Cyclone Kate (2006)
|Category 2 tropical cyclone (Aus scale)|
|Tropical storm (Saffir–Simpson scale)|
|Formed||22 February 2006|
|Dissipated||24 February 2006|
|Highest winds||10-minute sustained: 95 km/h (60 mph)
1-minute sustained: 85 km/h (50 mph)
Gusts: 120 km/h (75 mph)
|Lowest pressure||985 hPa (mbar); 29.09 inHg|
|Areas affected||Papua New Guinea and Queensland, Australia|
|Part of the 2005–06 Australian region cyclone season|
Tropical Cyclone Kate was a short-lived Category 2 cyclone that remained nearly stationary for its entire existence in the northwestern Coral Sea in February 2006. Forming out of a monsoonal trough on 22 February, Kate rapidly intensified throughout the day. By 23 February, the system attained its peak intensity with winds of 95 km/h (60 mph 10-minute sustained) and a barometric pressure of 985 hPa (mbar). Shortly thereafter, increasing wind shear caused the storm to quickly weaken. By 24 February, the system dissipated over open waters near Queensland, Australia. Although Kate did not directly affect land, large swells produced by the storm impaced beaches in Papua New Guinea and Queensland. The waves injured six people in Australia, although no property damage was reported.
Cyclone Kate originated from an area of low pressure that was first identified on 22 February 2006, within a monsoonal trough. The system rapidly intensified throughout the day, with the Australian Bureau of Meteorology issuing their first advisory on the system that evening. Upon being classified, the system was immediately declared Tropical Cyclone Kate, skipping tropical low status. At the same time, the Joint Typhoon Warning Center (JTWC) also began issuing advisories on the system, designating it as Tropical Cyclone 13P. The storm had developed well-defined, upper-level outflow enhanced by diffluence over the system.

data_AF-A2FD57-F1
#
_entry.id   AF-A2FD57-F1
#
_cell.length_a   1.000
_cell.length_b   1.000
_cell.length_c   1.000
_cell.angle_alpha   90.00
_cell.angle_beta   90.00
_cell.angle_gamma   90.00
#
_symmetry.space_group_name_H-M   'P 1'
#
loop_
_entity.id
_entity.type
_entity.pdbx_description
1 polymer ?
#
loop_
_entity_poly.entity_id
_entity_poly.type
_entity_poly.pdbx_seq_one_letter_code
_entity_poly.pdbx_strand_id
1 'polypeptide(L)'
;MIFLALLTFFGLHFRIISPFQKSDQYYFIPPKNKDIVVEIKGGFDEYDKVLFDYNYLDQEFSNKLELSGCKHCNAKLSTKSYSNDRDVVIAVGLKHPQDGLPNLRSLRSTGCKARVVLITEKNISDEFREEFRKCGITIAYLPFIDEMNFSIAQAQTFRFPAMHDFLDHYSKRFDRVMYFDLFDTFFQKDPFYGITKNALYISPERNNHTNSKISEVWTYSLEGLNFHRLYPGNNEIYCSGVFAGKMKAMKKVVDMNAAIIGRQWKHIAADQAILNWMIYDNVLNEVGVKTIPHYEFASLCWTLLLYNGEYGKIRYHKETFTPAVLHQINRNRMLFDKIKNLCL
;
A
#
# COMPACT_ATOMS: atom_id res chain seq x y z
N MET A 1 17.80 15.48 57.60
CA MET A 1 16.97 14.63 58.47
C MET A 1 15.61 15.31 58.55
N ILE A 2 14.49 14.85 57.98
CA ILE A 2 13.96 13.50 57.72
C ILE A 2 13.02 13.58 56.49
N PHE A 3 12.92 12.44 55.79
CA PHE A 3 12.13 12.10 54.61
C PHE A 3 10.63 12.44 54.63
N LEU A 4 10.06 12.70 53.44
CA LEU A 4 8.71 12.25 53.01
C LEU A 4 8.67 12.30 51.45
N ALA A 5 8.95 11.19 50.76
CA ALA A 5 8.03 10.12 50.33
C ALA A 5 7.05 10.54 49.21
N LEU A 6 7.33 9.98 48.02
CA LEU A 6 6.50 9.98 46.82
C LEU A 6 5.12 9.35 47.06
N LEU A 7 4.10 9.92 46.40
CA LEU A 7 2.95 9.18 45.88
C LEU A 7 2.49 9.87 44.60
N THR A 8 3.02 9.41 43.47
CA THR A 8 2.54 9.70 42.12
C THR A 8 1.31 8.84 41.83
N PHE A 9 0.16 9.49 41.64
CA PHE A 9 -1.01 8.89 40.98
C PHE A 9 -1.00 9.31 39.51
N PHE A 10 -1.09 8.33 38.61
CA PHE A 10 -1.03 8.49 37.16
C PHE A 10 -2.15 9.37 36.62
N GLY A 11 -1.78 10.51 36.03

The system remained nearly stationary over the northwestern Coral Sea. Early on 23 February, the storm attained its peak intensity with winds of 95 km/h (60 mph 10-minute sustained) and a barometric pressure of 985 hPa (mbar). However, the JTWC assessed the system to have been slightly weaker, attaining peak winds of 85 km/h (50 mph 1-minute sustained). Further intensification was anticipated as Kate slowly tracked towards Queensland, Australia. However, Kate stalled shortly thereafter and began to weaken due to increasing wind shear. Rapid weakening took place throughout the day, and JTWC declared the system dissipated early on 24 February. The Bureau of Meteorology downgraded Kate to a tropical low around the same time, although they continued to monitor the storm for several more hours before reporting that it had dissipated over open waters.
Preparations and impact
Upon the cyclone's formation, the Bureau of Meteorology warned vessels to avoid the storm in anticipation of rough seas and winds gusting to 125 km/h (78 mph). Although the storm did not pose much of a threat to Queensland, officials urged residents to ensure their disaster kits were ready and that preparations for a moderate storm, such as storing lose outdoor objects and clearing gutters, had been completed.
While the storm had no direct impact on land, large swells affected most of the Queensland coastline. In the Shire of Noosa, six surfers sustained serious injuries after wading into turbulent waters. Waves up to 1.8 m (5.9 ft) tossed the six surfers, leaving them with injuries ranging from broken noses and fractured ankles to head wounds from surfboards. The waves also caused additional beach erosion to parts of Papua New Guinea previously impacted by Cyclone Ingrid in March 2005.
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- Joint Typhoon Warning Center (23 February 2006). "Tropical Cyclone 13P Advisory NR 002". Retrieved 12 January 2010.
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